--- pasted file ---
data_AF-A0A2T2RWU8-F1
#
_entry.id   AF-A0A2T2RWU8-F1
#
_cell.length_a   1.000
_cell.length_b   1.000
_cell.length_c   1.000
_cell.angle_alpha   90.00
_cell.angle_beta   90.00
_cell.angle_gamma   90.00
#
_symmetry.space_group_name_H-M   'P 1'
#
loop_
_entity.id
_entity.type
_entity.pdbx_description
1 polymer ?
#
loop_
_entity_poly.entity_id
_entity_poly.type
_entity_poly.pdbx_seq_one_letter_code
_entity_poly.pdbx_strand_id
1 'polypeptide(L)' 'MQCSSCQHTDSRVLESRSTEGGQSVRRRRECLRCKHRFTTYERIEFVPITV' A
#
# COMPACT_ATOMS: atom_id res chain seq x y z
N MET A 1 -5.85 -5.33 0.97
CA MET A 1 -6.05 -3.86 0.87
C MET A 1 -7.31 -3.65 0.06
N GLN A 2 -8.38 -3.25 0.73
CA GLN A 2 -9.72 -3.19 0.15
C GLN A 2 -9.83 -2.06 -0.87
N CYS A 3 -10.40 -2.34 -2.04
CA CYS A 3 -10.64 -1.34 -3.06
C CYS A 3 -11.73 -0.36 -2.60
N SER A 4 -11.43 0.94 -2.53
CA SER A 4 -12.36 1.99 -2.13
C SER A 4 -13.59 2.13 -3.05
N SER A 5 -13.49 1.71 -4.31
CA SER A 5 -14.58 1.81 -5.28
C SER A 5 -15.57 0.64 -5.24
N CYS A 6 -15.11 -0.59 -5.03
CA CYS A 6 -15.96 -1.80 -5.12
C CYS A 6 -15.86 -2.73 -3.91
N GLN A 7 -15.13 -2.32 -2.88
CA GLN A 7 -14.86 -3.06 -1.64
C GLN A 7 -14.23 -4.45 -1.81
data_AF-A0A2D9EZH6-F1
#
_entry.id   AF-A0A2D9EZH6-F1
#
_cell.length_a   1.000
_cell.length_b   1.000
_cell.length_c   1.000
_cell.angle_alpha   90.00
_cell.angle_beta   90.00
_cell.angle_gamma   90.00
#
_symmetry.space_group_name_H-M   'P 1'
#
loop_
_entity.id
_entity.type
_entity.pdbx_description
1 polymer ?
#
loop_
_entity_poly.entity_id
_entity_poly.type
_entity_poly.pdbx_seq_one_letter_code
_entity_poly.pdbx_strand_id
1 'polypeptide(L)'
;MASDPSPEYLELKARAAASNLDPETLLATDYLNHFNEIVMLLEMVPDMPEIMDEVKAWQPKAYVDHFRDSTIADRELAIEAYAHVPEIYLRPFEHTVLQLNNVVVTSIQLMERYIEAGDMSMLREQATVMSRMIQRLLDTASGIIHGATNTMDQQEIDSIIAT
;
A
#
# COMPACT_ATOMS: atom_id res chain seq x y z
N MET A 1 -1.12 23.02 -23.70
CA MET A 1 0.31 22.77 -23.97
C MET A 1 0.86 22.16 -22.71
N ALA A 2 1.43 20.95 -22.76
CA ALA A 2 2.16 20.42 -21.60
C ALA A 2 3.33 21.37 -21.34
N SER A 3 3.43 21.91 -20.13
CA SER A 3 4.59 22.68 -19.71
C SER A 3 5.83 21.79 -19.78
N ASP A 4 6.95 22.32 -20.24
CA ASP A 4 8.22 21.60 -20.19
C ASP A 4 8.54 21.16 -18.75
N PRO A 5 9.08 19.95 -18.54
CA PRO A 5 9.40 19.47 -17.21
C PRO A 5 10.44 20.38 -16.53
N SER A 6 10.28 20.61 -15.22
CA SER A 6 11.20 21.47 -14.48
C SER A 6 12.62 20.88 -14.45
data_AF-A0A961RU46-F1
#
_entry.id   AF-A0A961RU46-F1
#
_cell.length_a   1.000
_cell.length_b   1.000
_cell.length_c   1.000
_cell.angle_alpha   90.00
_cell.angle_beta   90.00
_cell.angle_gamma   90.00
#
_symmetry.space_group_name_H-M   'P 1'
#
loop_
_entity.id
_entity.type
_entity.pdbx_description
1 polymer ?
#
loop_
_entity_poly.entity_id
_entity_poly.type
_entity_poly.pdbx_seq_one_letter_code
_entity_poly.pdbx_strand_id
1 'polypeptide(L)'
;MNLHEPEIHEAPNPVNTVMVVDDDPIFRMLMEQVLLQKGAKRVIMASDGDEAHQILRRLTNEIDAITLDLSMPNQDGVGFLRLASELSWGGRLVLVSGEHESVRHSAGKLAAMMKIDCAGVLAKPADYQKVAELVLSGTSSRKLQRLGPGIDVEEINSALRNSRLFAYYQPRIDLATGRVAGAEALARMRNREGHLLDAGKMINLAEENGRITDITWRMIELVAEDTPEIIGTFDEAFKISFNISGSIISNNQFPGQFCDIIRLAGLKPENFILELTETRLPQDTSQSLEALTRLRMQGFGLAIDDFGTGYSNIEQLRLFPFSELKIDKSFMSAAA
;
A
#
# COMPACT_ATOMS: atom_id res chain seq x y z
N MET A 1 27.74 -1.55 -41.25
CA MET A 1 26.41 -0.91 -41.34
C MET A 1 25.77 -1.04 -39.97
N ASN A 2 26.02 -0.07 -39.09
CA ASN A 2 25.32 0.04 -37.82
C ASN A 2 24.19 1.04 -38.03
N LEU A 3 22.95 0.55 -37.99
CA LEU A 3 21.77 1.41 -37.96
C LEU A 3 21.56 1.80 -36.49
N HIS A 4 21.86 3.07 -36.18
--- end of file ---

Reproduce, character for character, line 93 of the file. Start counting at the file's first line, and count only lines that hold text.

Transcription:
C PRO A 5 10.44 20.38 -16.53